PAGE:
Using Azure Log Analytics in Power BI (Preview)

Power BI is integrating with Azure Log Analytics (LA) to enable administrators and Premium workspace owners to configure a Log Analytics connection to their Power BI subscription. This article describes how the integration between Log Analytics and Power BI works, and provides examples of how you can use Azure Log Analytics in your Power BI Premium subscription.

Azure Log Analytics (LA) is a service within Azure Monitor which Power BI uses to save activity logs. The Azure Monitor suite lets you collect, analyze, and act on telemetry data from your Azure and on-premises environments. It offers long-term storage, an ad-hoc query interface and API access to allow data export and integration with other systems.

The Power BI integration with Log Analytics exposes events from the Analysis Services engine. The events are derived from existing diagnostic logs available for Azure Analysis Services.

Once connected to Power BI, data is sent continuously and is available in Log Analytics in approximately 5 minutes. The following diagram shows how Azure Monitor operates, with the path taken by Power BI highlighted.

Diagram of how Azure Monitor works with Power BI.

The following sections describe the integration of Azure Log Analytics with Power BI, the requirements necessary to connect Azure Log Analytics to Power BI, and considerations to keep in mind.

Available scopes for logging

An Azure Log Analytics connection is currently supported for Premium workspaces in Power BI. The following table provides more information about the Workspace-level Log Analytics configuration.

Configuration level Role / permission Destination Table in Log Analytics Details
Workspace Power BI workspace owner, or Log Analytics workspace owner PowerBIDatasetsWorkspace - Must be allowed by the tenant administrator
- Logs activity from the workspace only
- Premium workspaces only
- Workspace v2 only

The following section provides examples of how you might put logging to use in Power BI.

Examples of logging scenarios

This section provides some examples of how you might configure Log Analytics for Power BI, and how selections you make will impact what is logged, and how the information is provided.

Example 1: Workspace logs for one workspace only

In this example, only workspace logs from Workspace A are sent to a dedicated Log Analytics workspace:

Diagram of example two, sending workspace logs only to another workspace.

Example 2: Workspace logs sent to dedicated Log Analytics workspaces

In this example, workspace logs from two differentPower BI workspaces are each sent to separate, dedicated Log Analytics workspaces:

Diagram of example three, separate workspace logs sent do dedicated log workspaces.

These examples highlight the various ways you can use Azure Log Analytics with Power BI, and get the log information you need.

In another article, you can see how to configure Azure Log Analytics to work with Power BI, with specific steps and requirements to get your logging working properly.

Considerations and limitations

Keep the following considerations and limitations in mind when working with Azure Log Analytics and Power BI:

  • Sovereign cloud support is currently limited to US Department of Defense and US Government Community Cloud High.
  • Only Premium workspaces are supported.
  • Only Workspace v2 support Log Analytics connections.
  • Azure Log Analytics doesn't support tenant migration.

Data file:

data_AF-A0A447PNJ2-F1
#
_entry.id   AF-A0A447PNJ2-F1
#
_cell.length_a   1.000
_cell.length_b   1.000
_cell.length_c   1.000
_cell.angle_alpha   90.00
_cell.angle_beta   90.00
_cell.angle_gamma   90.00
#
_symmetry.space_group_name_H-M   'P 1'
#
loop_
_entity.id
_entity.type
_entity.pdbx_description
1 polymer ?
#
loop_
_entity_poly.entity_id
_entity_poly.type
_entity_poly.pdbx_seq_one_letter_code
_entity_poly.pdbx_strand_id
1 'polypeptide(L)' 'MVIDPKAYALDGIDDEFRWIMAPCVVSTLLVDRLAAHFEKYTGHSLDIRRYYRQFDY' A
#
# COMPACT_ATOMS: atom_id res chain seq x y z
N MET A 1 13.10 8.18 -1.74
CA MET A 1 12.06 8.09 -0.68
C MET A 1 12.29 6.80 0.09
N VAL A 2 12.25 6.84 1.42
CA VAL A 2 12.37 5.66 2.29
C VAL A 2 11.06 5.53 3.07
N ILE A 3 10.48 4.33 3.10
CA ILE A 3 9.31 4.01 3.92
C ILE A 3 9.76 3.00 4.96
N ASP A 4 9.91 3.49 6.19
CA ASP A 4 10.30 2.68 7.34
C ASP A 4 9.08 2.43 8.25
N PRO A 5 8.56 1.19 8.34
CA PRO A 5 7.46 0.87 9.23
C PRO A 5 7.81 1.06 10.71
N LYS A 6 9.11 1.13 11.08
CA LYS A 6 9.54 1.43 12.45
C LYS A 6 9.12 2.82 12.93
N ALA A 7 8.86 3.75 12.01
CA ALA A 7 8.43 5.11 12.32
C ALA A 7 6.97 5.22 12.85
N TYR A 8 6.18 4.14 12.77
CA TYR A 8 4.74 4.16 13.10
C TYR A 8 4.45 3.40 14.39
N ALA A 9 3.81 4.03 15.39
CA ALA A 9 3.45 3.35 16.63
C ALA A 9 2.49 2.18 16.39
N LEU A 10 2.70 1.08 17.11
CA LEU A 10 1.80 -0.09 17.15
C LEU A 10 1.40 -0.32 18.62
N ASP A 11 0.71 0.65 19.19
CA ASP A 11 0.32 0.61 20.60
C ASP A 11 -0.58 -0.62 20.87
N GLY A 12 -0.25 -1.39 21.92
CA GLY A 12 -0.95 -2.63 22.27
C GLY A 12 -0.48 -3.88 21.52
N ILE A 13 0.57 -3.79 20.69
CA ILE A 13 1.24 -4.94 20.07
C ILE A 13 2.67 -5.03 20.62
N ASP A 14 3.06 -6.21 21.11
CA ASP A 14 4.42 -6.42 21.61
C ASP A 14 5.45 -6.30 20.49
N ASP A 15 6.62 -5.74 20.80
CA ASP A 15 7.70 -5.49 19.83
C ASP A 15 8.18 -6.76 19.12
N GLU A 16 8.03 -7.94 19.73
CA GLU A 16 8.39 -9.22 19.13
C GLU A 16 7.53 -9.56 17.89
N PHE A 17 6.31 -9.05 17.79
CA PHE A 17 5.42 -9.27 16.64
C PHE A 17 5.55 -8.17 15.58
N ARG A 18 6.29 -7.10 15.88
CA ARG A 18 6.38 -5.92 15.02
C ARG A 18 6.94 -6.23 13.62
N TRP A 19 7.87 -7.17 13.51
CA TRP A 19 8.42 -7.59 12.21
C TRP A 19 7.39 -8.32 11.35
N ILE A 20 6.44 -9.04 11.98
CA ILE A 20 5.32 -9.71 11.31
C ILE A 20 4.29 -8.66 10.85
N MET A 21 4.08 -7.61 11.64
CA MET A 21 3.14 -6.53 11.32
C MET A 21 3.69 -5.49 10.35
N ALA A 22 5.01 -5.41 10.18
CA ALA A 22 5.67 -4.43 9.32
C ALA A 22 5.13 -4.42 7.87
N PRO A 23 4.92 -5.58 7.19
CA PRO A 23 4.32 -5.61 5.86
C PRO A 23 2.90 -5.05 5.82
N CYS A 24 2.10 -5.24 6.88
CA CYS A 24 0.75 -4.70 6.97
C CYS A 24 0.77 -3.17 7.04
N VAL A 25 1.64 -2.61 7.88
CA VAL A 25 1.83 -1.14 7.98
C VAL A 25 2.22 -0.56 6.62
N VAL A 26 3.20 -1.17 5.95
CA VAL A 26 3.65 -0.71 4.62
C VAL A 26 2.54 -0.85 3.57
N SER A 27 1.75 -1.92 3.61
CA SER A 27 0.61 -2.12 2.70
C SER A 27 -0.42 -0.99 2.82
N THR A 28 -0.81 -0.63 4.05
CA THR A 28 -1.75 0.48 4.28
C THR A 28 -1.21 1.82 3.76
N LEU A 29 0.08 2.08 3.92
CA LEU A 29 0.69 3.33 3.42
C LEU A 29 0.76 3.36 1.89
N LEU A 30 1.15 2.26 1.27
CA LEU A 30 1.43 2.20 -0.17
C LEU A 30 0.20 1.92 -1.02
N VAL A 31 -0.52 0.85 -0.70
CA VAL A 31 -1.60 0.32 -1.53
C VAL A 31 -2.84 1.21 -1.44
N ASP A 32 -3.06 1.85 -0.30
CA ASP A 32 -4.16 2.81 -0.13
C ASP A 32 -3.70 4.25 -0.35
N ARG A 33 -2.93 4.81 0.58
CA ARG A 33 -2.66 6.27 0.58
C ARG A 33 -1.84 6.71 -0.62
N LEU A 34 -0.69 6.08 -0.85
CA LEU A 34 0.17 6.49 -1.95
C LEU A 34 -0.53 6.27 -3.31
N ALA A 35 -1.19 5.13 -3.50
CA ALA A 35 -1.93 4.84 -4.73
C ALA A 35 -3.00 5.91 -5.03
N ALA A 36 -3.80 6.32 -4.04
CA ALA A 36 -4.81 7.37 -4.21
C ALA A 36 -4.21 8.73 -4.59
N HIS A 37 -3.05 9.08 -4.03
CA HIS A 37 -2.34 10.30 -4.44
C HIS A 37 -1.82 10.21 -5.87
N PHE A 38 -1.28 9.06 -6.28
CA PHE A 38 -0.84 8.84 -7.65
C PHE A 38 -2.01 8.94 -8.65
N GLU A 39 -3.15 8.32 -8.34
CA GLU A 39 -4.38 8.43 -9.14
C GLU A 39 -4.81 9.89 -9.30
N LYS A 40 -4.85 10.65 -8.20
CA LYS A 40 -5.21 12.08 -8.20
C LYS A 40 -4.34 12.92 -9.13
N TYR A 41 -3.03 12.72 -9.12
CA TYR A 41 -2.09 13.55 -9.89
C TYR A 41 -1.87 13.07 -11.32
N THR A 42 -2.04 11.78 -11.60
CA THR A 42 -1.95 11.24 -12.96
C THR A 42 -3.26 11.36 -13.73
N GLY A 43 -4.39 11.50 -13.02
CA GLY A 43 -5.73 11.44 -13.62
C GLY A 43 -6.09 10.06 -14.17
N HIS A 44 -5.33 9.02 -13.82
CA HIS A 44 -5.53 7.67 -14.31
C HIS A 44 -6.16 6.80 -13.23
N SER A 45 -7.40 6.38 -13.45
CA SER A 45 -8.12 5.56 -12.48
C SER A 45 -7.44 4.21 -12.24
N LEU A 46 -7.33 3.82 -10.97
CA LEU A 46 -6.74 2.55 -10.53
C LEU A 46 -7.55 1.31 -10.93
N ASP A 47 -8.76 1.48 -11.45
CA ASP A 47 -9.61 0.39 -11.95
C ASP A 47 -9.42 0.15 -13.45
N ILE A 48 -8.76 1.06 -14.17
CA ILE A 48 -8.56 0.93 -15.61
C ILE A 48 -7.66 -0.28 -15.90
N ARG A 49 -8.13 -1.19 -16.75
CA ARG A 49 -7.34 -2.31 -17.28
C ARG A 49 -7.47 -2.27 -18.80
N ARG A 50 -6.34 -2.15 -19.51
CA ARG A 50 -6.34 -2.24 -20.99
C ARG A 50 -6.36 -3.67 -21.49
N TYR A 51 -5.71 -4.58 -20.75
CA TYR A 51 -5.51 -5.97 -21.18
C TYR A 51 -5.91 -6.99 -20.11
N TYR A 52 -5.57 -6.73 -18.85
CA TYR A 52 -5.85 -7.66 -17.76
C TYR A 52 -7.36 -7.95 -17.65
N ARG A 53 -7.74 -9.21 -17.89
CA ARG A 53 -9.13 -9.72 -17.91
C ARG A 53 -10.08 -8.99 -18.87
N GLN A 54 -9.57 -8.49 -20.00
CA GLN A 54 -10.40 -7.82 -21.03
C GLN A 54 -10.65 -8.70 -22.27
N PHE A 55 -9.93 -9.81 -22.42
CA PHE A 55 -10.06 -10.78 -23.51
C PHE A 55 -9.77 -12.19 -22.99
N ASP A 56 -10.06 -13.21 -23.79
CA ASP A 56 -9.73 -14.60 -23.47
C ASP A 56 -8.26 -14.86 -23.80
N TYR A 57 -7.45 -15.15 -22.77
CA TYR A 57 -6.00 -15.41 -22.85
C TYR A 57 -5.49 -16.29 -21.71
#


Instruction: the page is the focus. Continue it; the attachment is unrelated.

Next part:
• Activities are only captured for datasets physically hosted within the Premium workspace where you configure logging. For example, if you configure logging for Premium workspace A, you won't see logs for any reports within that use datasets hosted in Azure Analysis Services. You also won't see any logs for shared datasets that aren't in Premium workspace A. To capture activities for shared datasets, configure logging on the workspace that contains the shared dataset, not the workspace that contains the report.
  • You can't connect multiple Power BI workspaces to the same Log Analytics workspace at this time.
  • Datasets created on the web by uploading a CSV file don't generate logs.
  • If you have Multi-Factor Auth (MFA) in place for Azure but not Power BI, the configuration screens will give general Azure errors. A workaround is to first sign in to the Azure portal, complete the MFA challenge and then log into Power BI in the same browser session.
  • If you're using private links/VNets to isolate your Log Analytics workspaces, data ingestion into Log Analytics is unaffected. However, the [Log Analytics Template app(https://appsource.microsoft.com/product/power-bi/pbi_pcmm.powerbiloganalyticsforasengine?tab=Overview)] won't work because it relies on a public endpoint that is no longer accessible by the Power Service as a private link. A workaround is to use the [.pbit report template(https://github.com/microsoft/PowerBI-LogAnalytics-Template-Reports)] and refresh the data from inside the private VNet. You must set up a custom DNS mapping to ensure the public endpoint uses a private internal IP.
  • The following events are intentionally excluded temporarily. This will affect the Query Detail page in the template report (that is, no storage engine subqueries will be visible for now)
    • ProgressReportCurrent
    • ProgressReportBegin
    • ProgressReportError
    • VertipaqSEQueryBegin
    • VertipaqSEQueryEnd
  • For the Log Analytics feature, Power BI only sends data to the PowerBIDatasetsWorkspace table and doesn't send data to the to PowerBIDatasetsTenant table. This avoids storing duplicate data about log analytics in both locations.

Next steps

The following articles provide more information about Power BI and its many features: